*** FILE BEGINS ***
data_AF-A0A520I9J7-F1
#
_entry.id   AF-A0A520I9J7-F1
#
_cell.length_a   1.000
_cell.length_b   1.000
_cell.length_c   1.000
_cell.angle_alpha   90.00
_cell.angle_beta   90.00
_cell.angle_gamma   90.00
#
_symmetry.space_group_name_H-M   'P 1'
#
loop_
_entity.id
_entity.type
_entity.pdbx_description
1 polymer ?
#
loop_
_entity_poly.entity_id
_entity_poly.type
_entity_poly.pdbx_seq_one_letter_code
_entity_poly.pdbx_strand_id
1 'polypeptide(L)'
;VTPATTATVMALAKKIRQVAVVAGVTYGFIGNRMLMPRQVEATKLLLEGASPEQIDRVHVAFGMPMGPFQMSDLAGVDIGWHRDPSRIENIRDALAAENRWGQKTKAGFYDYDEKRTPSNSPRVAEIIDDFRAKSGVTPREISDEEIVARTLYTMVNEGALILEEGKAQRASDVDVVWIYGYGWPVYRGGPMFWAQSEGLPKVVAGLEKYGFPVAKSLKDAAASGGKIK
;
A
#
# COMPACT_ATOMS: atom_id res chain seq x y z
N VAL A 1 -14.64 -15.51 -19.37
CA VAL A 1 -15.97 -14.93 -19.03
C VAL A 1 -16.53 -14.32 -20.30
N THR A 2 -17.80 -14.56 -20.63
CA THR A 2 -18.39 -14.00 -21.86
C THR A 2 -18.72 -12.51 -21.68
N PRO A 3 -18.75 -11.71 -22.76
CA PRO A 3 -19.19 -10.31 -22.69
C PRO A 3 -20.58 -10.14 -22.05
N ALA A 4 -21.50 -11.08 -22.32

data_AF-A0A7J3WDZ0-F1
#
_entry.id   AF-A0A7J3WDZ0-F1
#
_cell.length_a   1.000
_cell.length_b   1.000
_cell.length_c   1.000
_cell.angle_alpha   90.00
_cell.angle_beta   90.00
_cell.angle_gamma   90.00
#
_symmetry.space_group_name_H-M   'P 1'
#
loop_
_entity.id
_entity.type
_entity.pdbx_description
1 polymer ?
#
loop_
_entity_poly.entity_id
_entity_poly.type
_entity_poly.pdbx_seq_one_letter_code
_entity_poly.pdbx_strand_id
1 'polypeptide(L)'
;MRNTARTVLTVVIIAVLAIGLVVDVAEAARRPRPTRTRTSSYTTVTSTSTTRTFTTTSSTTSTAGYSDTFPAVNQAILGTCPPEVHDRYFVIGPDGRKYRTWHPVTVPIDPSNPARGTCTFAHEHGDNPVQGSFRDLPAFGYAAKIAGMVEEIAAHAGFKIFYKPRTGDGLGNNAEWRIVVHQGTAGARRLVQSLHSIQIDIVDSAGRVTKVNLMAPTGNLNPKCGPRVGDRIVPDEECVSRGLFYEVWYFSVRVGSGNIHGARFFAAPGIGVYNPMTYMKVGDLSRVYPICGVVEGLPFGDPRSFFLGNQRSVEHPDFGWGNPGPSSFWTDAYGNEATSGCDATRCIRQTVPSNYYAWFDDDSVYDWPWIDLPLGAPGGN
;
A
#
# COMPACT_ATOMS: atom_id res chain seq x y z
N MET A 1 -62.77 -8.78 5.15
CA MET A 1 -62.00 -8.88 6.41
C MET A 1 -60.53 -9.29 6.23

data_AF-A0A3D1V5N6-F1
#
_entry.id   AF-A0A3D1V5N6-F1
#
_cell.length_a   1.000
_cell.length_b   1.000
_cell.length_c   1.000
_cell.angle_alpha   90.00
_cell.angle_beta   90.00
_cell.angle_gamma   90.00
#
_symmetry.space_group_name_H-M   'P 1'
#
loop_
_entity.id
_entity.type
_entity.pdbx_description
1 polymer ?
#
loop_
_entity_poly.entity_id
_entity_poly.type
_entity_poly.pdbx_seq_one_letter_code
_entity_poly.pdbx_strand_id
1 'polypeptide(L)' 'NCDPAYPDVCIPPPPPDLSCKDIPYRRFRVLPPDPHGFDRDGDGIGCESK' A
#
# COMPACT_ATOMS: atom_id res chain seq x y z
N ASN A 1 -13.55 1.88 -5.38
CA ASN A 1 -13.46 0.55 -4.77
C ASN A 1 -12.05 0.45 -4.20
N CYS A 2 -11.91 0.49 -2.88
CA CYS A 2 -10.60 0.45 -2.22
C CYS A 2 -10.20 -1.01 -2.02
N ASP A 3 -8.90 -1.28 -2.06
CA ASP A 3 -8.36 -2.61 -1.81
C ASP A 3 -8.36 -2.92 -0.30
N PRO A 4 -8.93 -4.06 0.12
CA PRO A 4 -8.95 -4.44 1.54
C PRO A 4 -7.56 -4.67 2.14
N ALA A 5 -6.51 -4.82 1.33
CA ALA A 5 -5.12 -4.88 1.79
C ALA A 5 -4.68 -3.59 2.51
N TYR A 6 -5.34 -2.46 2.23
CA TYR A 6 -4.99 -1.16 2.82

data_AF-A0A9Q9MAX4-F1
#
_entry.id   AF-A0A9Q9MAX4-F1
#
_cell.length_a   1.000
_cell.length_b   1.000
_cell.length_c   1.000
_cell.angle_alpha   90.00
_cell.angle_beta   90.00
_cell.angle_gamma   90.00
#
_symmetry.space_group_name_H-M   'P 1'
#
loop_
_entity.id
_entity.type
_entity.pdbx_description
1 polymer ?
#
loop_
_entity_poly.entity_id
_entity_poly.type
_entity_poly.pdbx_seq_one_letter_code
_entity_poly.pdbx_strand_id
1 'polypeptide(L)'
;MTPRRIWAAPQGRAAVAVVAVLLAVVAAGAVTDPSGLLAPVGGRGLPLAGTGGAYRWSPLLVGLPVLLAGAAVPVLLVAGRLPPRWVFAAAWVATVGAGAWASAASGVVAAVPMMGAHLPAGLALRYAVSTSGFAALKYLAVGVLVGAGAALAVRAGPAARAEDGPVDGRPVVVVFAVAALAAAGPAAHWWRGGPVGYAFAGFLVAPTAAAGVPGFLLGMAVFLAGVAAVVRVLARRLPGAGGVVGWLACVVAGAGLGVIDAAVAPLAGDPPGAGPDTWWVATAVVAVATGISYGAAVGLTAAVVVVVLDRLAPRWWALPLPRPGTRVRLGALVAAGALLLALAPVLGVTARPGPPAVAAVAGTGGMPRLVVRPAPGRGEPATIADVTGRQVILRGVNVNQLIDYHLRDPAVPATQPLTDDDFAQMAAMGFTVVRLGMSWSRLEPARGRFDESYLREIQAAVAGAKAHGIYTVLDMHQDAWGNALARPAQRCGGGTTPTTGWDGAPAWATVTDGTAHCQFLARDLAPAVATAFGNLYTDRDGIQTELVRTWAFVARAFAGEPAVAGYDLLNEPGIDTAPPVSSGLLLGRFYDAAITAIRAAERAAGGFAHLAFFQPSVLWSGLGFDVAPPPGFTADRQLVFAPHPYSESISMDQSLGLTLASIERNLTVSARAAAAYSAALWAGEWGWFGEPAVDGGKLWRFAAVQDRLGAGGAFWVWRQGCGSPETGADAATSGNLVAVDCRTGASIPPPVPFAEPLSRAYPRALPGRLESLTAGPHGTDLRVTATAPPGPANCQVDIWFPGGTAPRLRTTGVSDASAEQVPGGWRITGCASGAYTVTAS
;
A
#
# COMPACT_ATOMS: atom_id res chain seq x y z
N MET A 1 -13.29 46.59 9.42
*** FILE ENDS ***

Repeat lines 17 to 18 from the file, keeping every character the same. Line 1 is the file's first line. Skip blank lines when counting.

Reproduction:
_entity.pdbx_description
1 polymer ?